I’ve only made this particular blog for fiction, namely the Hike in the Woods, the CYOA about a hike in the state park and all that it hides: therefore, if any of this bothers the reader, know that this blog is a work of fiction– I really do care about what you think. In fact if you write a comment on here, I’ll think about it all day long provided it has more depth than telling me where you wish to go in the story, and provided you’re not a robot. You’re not, right?
There are some things that keep me from tying any loose strings in order to completely finish the story, which is why there are some branches that are incomplete. If I continued to write on here, it would go on indefinitely, complete with only shadows of what is really going on in my life right now. This is the reason my user name is Pathweaver34 rather than Isaac Craft, and possibly why no one follows this blog, unless they’re robots. I’m not writing anything popular or controversial, or seeking an argument: I’m simply treating the reader as a lab rat and giving them a maze to run through. Back in 2010, I was told if I uploaded pictures on here then I’d get more readers. For some reason I never got around to illustrating and therefore stopped writing altogether.
Everybody loves mazes, but not everyone loves being told what to do in second person. Maybe they would like it if “I” was used instead of “you” or someone’s name in third person. It’s already similar to an RPG. One possibility is to revamp the whole story and tell it in third person with multiple characters rather than one person. But if I did that, there would be no deaths, no traps where at the end reads “you have died….” That’s the real reason I put the story in second person. In first or third person the fate of the character is already chosen, but in second person there is still hope, nothing is set in stone yet.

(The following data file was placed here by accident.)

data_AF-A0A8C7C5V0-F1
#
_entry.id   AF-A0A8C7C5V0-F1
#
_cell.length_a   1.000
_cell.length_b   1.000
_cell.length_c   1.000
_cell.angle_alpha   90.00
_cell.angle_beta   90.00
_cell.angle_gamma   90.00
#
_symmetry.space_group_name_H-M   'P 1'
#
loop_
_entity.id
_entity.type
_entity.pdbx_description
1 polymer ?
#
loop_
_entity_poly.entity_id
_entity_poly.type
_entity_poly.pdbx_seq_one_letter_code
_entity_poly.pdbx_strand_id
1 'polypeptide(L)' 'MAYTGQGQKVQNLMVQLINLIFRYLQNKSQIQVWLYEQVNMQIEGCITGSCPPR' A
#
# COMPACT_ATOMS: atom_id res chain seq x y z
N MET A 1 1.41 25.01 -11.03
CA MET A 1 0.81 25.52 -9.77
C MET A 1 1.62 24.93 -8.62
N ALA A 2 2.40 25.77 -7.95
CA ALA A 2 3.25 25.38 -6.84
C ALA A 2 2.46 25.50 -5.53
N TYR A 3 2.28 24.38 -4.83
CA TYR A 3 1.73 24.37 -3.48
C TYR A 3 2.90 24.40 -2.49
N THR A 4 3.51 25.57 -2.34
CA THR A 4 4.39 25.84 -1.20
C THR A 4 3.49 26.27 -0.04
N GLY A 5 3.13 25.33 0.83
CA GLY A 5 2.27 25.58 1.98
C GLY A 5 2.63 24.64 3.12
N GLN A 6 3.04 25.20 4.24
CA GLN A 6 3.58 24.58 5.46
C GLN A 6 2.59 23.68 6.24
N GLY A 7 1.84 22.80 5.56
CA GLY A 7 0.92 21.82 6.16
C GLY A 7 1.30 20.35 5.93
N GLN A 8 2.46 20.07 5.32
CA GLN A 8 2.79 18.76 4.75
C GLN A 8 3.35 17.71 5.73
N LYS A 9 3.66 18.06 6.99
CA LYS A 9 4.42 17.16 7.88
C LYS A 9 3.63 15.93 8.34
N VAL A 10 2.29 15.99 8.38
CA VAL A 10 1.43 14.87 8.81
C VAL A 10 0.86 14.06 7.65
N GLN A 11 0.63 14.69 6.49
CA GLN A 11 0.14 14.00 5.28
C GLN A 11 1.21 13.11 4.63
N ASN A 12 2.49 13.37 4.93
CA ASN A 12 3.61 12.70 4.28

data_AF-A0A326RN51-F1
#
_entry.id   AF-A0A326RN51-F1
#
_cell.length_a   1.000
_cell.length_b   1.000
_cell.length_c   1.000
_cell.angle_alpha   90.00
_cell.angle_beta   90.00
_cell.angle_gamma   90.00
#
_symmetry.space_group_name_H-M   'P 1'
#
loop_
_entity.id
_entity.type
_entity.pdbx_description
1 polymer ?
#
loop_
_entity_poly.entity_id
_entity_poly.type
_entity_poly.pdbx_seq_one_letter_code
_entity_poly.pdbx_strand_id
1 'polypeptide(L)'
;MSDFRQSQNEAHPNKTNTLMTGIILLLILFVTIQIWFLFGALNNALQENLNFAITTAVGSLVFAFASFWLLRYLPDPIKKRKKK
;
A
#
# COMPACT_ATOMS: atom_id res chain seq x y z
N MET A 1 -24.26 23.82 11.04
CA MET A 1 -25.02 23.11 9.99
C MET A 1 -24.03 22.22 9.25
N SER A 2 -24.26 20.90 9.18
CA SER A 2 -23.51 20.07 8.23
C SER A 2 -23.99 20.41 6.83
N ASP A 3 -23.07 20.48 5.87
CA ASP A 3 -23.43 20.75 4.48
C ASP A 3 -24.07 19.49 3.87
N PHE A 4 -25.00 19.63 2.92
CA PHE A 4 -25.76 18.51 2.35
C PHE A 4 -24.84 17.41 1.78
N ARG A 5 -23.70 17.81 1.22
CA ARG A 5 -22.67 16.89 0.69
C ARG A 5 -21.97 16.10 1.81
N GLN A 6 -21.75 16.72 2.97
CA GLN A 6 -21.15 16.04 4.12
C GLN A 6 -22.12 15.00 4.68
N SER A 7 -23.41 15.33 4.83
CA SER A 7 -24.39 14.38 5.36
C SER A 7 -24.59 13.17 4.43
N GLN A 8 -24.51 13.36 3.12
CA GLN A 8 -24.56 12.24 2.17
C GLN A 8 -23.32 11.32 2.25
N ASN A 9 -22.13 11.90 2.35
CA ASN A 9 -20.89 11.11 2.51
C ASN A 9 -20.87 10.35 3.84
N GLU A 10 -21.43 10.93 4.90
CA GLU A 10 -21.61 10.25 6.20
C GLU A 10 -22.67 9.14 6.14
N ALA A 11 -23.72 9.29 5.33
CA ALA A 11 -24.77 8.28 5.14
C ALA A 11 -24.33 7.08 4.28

On a tangent, as I have grown older, I have recognized certain themes in fiction that are common: the protagonist finds a good guy who is trapped in some kind of prison but when released reveals he’s really a villain; the back-story of a long lost friend of the protagonist, thought to have died, but then reveals he’s become a villain who holds a grudge; the secondary protagonist cannot defeat the primary antagonist; clowns and ventriloquist figures, if not evil, are always creepy; if ventriloquist figures are neither evil nor creepy, they must rely on comedy in their creepiness. Such themes have become borderline predictable, as if it were a science.
I’m still writing, but I’ve been attempting to finish a novel for last year’s Nanowrimo. I’m over 33k words out of 50k and hopefully will be able to finish by November, but if not, then I will choose to not do this year’s Nanowrimo.
For those of you who have read my blog and kept up but were left off back in 2010, I will attempt to start back up and continue the main story arc. I’m sorry for leaving you hanging. For those of you newly following me, I say welcome to the Park.